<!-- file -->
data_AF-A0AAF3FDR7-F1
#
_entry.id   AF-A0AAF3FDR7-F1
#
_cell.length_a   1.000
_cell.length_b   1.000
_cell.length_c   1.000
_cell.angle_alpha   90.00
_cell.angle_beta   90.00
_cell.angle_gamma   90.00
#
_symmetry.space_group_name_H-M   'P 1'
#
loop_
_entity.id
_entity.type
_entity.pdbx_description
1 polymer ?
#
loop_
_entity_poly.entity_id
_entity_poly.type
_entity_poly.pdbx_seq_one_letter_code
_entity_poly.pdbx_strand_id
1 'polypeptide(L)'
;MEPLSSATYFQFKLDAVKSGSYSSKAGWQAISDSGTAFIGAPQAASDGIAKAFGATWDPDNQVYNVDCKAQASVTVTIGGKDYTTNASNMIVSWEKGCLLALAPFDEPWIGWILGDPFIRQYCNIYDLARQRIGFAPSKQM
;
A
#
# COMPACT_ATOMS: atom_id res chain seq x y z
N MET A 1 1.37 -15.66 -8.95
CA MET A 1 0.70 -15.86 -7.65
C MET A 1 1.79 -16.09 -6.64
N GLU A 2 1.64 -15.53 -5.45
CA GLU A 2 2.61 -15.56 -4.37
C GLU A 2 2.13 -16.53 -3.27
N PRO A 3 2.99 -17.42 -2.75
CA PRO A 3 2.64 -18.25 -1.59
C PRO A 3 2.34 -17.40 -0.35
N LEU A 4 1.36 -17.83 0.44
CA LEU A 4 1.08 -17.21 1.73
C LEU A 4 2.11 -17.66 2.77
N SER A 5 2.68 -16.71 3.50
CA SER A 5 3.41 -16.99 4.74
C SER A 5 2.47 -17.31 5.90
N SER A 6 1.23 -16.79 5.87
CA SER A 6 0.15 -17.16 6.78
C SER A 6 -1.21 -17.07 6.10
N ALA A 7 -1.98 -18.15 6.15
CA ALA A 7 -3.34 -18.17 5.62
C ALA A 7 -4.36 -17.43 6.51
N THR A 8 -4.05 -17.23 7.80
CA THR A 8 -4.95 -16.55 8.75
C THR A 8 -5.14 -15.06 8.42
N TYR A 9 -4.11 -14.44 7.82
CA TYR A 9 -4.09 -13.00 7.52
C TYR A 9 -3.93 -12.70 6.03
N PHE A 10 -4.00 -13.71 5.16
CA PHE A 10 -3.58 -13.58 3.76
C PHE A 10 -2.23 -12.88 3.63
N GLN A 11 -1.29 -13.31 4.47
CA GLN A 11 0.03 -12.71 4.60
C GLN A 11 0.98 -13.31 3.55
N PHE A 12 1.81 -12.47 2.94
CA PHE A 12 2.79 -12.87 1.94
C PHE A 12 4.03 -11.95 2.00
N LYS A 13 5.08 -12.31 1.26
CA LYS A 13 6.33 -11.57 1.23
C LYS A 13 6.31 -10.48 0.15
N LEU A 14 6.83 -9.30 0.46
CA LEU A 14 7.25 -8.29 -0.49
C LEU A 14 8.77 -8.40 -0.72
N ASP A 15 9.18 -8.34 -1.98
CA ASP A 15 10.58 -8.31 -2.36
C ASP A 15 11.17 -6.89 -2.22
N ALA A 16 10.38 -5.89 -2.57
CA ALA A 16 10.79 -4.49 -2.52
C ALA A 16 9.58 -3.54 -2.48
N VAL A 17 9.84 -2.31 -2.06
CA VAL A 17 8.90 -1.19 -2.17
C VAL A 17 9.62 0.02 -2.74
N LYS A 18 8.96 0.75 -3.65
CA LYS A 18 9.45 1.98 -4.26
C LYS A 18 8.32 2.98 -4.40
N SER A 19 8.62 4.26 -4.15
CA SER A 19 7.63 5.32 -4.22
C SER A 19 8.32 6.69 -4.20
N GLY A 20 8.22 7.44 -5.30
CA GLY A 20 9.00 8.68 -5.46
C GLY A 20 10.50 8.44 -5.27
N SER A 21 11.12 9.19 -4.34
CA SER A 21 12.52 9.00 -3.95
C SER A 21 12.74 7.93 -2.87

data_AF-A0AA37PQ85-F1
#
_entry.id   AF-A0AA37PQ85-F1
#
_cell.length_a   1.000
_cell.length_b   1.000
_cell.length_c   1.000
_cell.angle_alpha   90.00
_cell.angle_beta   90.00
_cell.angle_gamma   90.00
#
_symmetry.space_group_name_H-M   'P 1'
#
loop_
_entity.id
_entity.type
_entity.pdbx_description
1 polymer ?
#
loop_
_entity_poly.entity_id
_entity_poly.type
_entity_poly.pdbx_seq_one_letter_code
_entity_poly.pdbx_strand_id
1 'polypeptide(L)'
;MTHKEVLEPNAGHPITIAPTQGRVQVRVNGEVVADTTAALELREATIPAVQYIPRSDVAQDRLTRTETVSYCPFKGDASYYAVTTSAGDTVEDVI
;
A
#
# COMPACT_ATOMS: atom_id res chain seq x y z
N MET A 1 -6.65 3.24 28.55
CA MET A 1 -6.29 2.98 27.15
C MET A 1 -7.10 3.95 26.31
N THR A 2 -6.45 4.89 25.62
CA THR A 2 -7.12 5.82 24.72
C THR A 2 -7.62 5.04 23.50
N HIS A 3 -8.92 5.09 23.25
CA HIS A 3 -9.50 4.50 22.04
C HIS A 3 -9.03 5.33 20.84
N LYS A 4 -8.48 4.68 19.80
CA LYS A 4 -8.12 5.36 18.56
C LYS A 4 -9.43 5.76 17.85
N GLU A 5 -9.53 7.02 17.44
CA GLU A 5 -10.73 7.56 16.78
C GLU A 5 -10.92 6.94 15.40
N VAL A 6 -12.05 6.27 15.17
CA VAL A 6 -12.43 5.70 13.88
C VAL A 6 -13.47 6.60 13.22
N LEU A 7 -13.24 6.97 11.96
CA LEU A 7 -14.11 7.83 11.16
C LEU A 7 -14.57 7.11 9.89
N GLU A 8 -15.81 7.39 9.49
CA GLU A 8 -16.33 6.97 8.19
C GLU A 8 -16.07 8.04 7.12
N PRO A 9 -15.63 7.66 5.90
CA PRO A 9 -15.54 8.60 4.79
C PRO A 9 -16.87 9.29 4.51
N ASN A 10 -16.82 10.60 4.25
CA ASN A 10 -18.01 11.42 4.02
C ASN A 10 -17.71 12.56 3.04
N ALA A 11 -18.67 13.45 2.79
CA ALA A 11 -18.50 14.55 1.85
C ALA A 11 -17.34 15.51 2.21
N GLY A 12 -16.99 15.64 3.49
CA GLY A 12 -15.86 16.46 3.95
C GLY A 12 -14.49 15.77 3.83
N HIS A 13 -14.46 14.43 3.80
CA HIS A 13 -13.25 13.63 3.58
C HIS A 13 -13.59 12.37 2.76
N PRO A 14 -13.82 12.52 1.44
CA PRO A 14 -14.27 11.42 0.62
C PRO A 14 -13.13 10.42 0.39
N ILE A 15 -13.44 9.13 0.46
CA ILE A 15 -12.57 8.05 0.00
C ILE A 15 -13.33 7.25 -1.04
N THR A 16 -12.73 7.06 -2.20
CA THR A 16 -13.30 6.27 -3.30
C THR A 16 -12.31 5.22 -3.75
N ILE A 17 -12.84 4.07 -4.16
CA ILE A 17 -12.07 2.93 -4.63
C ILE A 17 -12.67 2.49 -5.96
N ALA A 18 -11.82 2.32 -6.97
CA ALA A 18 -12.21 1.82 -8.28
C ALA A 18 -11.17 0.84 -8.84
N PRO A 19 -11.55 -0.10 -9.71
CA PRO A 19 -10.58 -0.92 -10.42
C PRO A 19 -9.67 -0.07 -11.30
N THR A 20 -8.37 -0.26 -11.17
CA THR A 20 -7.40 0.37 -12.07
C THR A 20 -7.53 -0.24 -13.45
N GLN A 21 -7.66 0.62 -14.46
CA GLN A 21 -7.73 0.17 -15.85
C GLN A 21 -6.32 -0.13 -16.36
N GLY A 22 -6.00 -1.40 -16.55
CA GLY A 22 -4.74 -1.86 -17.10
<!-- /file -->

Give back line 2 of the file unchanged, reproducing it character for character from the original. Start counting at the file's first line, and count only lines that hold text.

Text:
#